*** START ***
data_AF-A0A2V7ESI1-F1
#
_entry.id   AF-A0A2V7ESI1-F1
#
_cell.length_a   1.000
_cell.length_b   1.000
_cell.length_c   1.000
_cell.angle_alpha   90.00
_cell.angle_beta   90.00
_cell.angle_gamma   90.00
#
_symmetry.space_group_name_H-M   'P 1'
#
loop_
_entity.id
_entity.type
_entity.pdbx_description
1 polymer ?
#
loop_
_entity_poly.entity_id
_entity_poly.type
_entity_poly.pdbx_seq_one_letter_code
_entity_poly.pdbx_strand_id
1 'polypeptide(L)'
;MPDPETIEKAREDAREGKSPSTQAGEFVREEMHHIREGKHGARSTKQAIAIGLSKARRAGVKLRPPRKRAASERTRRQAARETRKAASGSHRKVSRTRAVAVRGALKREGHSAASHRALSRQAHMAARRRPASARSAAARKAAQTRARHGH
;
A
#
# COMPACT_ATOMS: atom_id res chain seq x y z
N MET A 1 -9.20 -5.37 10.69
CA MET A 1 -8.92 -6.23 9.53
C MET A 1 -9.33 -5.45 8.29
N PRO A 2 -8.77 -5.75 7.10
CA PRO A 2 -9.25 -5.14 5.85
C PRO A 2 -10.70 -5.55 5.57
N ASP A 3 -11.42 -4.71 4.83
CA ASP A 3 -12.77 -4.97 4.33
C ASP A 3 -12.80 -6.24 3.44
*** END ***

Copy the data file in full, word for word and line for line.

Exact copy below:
data_AF-A0A2V7ESI1-F1
#
_entry.id   AF-A0A2V7ESI1-F1
#
_cell.length_a   1.000
_cell.length_b   1.000
_cell.length_c   1.000
_cell.angle_alpha   90.00
_cell.angle_beta   90.00
_cell.angle_gamma   90.00
#
_symmetry.space_group_name_H-M   'P 1'
#
loop_
_entity.id
_entity.type
_entity.pdbx_description
1 polymer ?
#
loop_
_entity_poly.entity_id
_entity_poly.type
_entity_poly.pdbx_seq_one_letter_code
_entity_poly.pdbx_strand_id
1 'polypeptide(L)'
;MPDPETIEKAREDAREGKSPSTQAGEFVREEMHHIREGKHGARSTKQAIAIGLSKARRAGVKLRPPRKRAASERTRRQAARETRKAASGSHRKVSRTRAVAVRGALKREGHSAASHRALSRQAHMAARRRPASARSAAARKAAQTRARHGH
;
A
#
# COMPACT_ATOMS: atom_id res chain seq x y z
N MET A 1 -9.20 -5.37 10.69
CA MET A 1 -8.92 -6.23 9.53
C MET A 1 -9.33 -5.45 8.29
N PRO A 2 -8.77 -5.75 7.10
CA PRO A 2 -9.25 -5.14 5.85
C PRO A 2 -10.70 -5.55 5.57
N ASP A 3 -11.42 -4.71 4.83
CA ASP A 3 -12.77 -4.97 4.33
C ASP A 3 -12.80 -6.24 3.44